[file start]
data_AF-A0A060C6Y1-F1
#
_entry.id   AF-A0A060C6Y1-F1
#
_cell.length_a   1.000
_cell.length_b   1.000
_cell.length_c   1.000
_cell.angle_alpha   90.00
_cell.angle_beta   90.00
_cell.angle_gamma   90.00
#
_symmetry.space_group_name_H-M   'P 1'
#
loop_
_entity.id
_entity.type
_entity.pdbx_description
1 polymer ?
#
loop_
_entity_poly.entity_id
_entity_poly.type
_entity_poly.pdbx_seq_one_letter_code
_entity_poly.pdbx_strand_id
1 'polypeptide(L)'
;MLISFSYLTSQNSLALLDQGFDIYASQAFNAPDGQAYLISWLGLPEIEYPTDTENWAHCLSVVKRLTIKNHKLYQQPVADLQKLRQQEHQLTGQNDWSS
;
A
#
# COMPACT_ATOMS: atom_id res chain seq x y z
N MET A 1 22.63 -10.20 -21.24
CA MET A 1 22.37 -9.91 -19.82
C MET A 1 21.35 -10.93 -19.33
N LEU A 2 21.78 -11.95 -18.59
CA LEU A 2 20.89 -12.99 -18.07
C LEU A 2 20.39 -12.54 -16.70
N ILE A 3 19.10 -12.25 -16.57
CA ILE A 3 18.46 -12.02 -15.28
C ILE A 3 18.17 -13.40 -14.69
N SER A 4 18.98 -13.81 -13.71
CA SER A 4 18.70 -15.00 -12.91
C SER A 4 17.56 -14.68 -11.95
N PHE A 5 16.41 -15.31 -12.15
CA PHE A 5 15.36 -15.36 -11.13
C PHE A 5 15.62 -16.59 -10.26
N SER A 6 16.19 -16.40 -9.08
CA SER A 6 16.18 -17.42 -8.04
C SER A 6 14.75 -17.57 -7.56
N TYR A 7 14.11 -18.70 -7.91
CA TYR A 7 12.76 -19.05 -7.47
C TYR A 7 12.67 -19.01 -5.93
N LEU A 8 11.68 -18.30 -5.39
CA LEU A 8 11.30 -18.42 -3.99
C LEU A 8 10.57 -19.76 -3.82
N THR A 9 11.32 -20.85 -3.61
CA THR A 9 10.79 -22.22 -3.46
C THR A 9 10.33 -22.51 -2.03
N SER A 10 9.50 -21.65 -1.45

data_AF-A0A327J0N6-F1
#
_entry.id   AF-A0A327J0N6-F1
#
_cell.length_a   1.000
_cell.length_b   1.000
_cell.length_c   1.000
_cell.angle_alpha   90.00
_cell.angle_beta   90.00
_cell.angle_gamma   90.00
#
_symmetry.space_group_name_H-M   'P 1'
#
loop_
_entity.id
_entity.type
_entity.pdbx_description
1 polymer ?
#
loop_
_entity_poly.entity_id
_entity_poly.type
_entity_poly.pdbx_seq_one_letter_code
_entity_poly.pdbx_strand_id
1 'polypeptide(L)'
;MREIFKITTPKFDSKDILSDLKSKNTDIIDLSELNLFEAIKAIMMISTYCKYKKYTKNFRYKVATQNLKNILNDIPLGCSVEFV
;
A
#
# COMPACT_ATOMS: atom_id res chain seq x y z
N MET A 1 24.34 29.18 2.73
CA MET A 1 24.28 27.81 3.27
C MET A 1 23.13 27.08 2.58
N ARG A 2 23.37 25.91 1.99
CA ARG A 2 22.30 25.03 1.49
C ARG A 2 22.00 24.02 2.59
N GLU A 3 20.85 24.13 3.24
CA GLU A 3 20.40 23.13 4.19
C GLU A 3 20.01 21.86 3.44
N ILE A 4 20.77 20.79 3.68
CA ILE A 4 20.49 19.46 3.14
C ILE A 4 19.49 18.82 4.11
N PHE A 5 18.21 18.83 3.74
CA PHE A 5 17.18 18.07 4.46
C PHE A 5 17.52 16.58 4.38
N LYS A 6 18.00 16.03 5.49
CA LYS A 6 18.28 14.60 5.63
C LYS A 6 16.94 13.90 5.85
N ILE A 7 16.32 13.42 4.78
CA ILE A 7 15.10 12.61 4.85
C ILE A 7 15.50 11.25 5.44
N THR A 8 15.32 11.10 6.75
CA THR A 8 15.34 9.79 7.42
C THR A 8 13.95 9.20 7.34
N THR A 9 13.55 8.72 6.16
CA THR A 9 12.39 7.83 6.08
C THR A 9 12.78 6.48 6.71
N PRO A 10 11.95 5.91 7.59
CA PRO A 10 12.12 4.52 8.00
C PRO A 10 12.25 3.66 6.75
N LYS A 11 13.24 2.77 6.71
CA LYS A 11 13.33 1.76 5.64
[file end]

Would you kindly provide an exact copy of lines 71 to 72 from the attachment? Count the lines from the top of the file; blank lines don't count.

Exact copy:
#
loop_